Deal Reached in Woburn to End Teacher Strike, Schools Will Be Open Monday

Teachers in Woburn, Massachusetts, were on strike all last week, keeping schools closed for five days

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Teachers and city officials have reached a deal in Woburn, Massachusetts, ending a highly contentious week-long strike that kept schools closed for five days.

Mayor Scott Galvin announced that the Woburn Teachers Association (WTA) and city officials had agreed on a new successor contract for teachers, paraprofessionals and nurses as of 5:30 p.m. Sunday. They've also agreed on a back-to-work agreement.



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"The agreement provides educators with a fair contract that also aligns with the best interests of the district and residents of Woburn," the mayor and school committee said in a joint statement Sunday night. "Most importantly Woburn Public Schools will be able to resume providing a high-quality education to our 4,200 students."

City officials thanked Woburn families for their patience and understanding, noting the negotiations had been "lengthy and time-consuming."

Woburn Public Schools will reopen for all students on Monday, Feb. 6.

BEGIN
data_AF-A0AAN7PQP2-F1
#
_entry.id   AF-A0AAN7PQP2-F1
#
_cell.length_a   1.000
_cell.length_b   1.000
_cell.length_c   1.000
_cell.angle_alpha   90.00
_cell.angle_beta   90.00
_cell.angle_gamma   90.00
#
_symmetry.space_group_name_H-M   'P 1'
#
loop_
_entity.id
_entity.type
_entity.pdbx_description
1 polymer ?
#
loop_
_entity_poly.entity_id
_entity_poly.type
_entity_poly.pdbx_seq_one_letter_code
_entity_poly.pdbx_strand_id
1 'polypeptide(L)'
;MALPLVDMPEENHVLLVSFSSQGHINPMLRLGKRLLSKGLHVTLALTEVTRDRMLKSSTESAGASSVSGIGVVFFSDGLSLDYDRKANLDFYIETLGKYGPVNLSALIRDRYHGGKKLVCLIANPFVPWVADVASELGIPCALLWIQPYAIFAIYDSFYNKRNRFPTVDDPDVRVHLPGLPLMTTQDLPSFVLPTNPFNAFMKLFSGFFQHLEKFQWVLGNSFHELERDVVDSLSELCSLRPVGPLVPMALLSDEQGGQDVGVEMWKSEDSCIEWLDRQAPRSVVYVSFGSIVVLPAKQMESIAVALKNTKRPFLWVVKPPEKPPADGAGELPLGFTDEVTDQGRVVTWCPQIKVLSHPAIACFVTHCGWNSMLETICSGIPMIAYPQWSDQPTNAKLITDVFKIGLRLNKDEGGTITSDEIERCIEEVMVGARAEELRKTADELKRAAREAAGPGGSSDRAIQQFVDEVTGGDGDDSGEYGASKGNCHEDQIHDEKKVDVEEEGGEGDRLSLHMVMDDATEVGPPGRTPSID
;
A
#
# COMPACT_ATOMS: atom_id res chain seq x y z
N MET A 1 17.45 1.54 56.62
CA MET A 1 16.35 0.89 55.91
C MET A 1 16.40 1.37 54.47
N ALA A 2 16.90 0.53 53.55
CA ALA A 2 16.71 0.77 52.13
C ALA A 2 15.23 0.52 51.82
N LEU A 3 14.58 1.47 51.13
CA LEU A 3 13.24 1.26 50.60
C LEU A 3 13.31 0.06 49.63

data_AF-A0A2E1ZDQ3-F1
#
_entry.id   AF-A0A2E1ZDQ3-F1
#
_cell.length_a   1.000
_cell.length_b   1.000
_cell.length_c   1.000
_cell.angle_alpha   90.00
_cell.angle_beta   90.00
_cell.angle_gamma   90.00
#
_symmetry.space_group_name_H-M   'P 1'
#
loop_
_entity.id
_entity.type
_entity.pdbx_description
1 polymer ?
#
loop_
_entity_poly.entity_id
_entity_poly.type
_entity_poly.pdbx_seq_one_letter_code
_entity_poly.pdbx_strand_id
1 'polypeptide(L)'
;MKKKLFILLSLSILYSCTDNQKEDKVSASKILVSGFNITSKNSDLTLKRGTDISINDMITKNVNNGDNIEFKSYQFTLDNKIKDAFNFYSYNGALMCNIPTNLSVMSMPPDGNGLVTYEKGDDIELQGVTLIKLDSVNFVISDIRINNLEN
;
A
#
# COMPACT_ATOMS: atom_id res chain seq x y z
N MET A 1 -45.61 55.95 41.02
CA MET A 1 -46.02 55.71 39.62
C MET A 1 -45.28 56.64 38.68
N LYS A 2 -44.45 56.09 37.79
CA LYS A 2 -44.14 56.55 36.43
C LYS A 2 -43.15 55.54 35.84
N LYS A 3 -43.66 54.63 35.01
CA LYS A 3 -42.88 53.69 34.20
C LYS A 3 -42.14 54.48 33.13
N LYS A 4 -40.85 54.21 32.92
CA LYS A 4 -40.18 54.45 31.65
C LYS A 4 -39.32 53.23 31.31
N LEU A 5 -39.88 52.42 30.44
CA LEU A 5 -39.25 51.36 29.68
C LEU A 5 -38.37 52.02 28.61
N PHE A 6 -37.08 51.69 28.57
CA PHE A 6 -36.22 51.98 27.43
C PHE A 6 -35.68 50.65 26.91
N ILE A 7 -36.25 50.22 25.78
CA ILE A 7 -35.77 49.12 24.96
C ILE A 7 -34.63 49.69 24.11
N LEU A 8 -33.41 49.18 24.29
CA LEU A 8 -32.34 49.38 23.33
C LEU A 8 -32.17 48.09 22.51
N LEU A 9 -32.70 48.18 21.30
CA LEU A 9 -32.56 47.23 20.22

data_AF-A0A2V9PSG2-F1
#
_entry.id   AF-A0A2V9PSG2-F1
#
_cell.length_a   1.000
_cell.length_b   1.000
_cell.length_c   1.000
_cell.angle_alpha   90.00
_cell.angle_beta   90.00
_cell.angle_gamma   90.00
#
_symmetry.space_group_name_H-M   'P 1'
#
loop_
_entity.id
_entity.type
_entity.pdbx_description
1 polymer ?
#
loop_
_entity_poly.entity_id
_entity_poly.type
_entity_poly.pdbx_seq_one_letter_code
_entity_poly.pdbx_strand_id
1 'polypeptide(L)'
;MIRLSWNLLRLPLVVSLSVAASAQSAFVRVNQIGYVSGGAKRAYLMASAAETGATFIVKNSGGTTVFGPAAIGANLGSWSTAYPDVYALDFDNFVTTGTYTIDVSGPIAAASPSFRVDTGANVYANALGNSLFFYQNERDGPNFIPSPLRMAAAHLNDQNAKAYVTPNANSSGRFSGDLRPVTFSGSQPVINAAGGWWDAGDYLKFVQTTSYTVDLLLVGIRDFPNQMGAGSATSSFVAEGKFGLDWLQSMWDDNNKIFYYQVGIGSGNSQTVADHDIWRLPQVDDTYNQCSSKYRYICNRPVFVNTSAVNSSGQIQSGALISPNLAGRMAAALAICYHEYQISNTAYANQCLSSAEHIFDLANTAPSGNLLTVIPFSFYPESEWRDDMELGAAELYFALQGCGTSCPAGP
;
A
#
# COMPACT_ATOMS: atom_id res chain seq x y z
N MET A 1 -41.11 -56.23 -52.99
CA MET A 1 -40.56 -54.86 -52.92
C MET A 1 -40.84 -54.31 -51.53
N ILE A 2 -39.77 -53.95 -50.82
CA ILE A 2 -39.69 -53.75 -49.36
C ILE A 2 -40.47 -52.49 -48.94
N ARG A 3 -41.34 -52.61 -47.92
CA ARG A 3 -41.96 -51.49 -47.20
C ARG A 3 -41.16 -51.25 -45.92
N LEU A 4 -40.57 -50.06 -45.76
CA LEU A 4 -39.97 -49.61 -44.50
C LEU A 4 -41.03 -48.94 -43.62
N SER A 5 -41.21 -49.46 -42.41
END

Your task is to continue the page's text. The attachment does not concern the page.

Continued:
NBC10 Boston's Kirsten Glavin reports Woburn teachers agreed on a 4-year deal, with a 13.75% salary increase, and an extra 10 minutes added to their workday.

The mayor previously said that the city was offering a one-year deal with a 3.25% raise, followed by a three-year deal with a nearly 11% raise over those years. Teachers had said that was not enough.

The mayor was quick to note Sunday night how similar he felt the previous and final offers were.

"Good deal, unfortunately it was pretty similar, it was very similar to what we offered back in January before this started, so a lot for not," Galvin said. "As we said, the strike was illegal, it should have never happened. But we're happy with the deal we worked out."

Still, the mayor said they're "very happy" with the deal, while the president of the teachers association told NBC10 Boston that they consider this a win.

"We claim victory for a fair contract, and we claim victory for a unified community,” Barbara Locke said.

The union announced on Twitter that a tentative agreement had been reached with the mayor and the Woburn School Committee, writing, "We are excited to return to the classroom tomorrow with our students!"

"The WTA is proud to announce a contract that significantly increases the pay for our essential Education Support Professionals," Locke said in a statement. "We are also pleased to announce a contract for our teachers that creates a more competitive wage and slightly lowers class sizes for grades 4 and 5. However, more work remains to be done."

Locke added that talks had been been stalled late Friday night after the mayor insisted on "punitive fees" related to return-to-work language. All-day negotiations on Sunday allowed both sides to agree on a return-to-work agreement, she said.